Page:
It was so pleasing that it made front page news locally, you can read the whole article here.

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After a few late nights this week writing our planning objections and then reading through over the other comments on the planning portal, we decided we needed to get out and get some fresh air.  Perfect weather for a walk into Tunbridge Wells, passing the beloved hall on the way.

My previous post here has more detail about the campaign to save the hall and Southborough News has excellent and up to date coverage of the development.

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This is the old Fire Station, parallel to the Council Offices, currently used as a groundsman store. Built with local High Brooms brick. This could be a beautiful building for a market, artist studio….

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St John’s church were having a ‘Party on the Green’. 

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We had been in Amadeus Antiques a few times but in the last year or two it seems to always be closed. The building’s exterior remains largely unaltered, it has beautiful ironwork, a generous balcony to the front and side and all original windows.

Sadly the side of one front bay window is slowly rotting away and the ledge is now detached from the window, leaving a wide gap. This is a property on my wish list! Oddly the  four Regency period shops are listed buildings. This one isn’t – I can’t think why.

Alastair Hendy are you looking for a project in Tunbridge Wells?

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Views from Mount Ephraim…

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The old Homeopathic Hospital.

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Pretty hand painted signage from the old Rose Hill school site on London Road – almost gone.

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Lovely little garden/homeware shop, Le Petit Jardin, near the Pantiles. It boasts the largest sash window in Tunbridge Wells.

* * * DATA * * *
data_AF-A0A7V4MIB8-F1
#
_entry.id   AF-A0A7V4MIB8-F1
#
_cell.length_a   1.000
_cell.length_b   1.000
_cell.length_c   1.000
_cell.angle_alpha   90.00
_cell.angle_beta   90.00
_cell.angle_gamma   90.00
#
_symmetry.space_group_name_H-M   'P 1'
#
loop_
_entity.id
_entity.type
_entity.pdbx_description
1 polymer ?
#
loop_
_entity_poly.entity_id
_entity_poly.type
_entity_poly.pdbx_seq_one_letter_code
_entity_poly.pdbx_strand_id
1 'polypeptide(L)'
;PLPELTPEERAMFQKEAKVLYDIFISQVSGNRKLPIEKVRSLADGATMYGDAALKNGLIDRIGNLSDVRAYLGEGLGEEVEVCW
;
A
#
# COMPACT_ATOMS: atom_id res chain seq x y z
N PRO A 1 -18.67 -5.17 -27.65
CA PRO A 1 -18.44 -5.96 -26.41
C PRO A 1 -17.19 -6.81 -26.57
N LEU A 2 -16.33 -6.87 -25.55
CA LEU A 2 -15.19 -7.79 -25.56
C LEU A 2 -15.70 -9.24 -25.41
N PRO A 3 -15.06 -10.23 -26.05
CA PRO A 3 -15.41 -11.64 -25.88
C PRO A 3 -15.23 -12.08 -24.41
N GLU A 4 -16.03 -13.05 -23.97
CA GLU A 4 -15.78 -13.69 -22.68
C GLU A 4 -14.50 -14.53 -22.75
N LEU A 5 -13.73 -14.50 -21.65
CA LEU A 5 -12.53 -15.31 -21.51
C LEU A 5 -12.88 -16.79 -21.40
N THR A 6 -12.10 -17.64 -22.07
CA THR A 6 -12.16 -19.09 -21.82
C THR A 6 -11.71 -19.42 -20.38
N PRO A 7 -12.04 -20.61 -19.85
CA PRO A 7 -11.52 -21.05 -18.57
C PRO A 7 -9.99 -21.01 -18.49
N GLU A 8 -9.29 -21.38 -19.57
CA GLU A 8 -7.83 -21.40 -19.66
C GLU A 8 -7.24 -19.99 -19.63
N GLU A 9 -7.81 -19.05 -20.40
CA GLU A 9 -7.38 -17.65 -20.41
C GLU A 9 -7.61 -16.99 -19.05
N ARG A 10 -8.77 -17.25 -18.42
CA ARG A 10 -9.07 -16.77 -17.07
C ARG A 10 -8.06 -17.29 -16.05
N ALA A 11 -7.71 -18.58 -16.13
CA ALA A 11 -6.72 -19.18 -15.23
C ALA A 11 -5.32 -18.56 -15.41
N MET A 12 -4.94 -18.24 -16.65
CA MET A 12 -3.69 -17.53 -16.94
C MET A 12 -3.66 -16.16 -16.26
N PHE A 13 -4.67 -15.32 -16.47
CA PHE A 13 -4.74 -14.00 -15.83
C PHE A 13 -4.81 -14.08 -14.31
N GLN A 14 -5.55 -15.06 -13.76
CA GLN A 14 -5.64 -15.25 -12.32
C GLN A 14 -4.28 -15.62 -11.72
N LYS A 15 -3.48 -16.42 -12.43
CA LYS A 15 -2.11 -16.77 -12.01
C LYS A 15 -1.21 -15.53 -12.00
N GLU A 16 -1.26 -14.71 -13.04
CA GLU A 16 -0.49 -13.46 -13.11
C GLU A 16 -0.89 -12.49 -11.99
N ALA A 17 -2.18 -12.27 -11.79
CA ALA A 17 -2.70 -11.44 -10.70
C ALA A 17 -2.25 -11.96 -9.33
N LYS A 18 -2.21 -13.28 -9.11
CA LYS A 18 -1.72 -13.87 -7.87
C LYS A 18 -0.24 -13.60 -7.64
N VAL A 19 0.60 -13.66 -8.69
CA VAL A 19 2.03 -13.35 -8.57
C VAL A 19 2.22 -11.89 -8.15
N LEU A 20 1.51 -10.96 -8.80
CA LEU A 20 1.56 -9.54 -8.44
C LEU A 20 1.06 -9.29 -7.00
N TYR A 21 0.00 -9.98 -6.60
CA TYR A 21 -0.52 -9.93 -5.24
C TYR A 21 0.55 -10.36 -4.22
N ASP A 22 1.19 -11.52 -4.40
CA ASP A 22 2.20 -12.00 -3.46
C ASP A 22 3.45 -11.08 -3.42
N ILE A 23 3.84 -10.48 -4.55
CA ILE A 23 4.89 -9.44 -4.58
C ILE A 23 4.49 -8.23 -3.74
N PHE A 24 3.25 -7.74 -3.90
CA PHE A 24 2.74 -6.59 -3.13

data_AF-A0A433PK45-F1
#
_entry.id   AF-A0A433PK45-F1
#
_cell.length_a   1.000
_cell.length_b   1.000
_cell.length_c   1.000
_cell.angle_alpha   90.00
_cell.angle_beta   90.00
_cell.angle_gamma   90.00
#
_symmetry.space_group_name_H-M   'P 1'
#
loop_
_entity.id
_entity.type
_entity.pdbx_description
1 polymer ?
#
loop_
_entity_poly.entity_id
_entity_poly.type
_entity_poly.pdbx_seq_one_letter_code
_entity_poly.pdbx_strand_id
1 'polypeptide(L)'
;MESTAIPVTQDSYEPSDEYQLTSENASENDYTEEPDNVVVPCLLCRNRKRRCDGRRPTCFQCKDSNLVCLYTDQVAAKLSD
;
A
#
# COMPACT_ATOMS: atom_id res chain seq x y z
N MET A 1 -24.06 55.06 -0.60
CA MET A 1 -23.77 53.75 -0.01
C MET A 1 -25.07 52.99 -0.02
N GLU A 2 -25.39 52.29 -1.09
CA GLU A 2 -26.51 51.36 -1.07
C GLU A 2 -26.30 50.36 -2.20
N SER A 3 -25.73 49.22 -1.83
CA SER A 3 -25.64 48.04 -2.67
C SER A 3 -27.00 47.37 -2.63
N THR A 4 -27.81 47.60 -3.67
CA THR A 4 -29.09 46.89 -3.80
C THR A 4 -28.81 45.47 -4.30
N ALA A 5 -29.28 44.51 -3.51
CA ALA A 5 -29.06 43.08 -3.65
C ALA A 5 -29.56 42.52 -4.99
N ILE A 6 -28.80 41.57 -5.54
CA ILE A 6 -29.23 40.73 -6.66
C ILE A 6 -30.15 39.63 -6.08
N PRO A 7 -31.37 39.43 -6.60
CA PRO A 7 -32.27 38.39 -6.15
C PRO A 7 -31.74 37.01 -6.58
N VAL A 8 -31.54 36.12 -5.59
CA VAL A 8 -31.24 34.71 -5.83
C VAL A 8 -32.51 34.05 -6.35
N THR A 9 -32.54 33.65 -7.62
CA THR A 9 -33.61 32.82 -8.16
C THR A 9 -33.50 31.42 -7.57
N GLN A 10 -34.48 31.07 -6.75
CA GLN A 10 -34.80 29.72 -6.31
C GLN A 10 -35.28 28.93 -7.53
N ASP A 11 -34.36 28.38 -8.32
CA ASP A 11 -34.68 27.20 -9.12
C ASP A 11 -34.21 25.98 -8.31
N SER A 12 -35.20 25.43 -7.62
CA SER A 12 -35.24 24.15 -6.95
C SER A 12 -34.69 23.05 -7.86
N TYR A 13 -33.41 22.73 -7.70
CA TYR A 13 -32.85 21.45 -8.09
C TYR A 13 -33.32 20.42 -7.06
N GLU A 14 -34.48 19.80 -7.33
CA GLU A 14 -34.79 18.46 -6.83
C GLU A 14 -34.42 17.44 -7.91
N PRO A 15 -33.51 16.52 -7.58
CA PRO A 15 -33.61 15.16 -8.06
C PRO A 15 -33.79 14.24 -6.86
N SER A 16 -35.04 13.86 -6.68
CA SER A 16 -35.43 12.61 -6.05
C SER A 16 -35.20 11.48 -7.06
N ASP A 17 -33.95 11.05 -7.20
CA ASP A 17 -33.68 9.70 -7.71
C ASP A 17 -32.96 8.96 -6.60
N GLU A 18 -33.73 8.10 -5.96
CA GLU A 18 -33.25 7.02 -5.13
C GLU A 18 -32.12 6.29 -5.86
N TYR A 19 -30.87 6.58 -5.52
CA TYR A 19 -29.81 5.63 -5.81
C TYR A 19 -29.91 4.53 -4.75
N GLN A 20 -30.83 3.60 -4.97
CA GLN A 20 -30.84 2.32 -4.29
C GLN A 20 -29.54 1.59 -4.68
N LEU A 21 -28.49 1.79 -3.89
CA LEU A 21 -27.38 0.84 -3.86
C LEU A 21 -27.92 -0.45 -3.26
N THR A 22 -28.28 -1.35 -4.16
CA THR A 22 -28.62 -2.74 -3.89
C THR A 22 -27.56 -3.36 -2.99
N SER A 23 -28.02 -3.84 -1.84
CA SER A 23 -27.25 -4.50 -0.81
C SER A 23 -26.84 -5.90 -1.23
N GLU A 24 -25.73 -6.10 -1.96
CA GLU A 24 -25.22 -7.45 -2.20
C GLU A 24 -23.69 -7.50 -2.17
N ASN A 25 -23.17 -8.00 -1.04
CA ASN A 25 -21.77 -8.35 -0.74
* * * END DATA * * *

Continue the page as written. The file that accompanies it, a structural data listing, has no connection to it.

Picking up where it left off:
Arriving back home after the walk, I looked again at an old postcard and a photograph of the Royal Victoria Hall taken almost one hundred years ago. What happens when we have destroyed everything that gives our sense of place? When a town becomes a commuter dormitory and a quick fix housing quota?  Ian Nairn, the melancholic Architectural Review writer, was eerily prophetic when in 1955 he railed against substandard town planners and anonymous buildings:

“The Outrage is that the whole land surface is becoming covered by the creeping mildew that already circumscribes all of our towns … Subtopia is the annihilation of the site, the steamrollering of all individuality of place to one uniform and mediocre pattern.”

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We are so fortunate to live in a town and borough with such a rich architectural heritage, writing in Country Life in 2010, Ptolemy Dean hits the nail on the head:

‘By placing no value on its civic buildings and what they represent, the authority is about to perpetrate an attack on the very civilization of the town, which these public buildings, for all their stuffiness, serve to uphold admirably. If there can be any doubt about the extent of local official ignorance of the true values of urban living, then this was proved six months ago, when road signs were introduced onto the main routes into the town that proclaim: ‘Love where you live.’ One is tempted to add: ‘…before your elected local authority entirely destroys it.’

 

Six years on – are the powers that be,  ready to listen?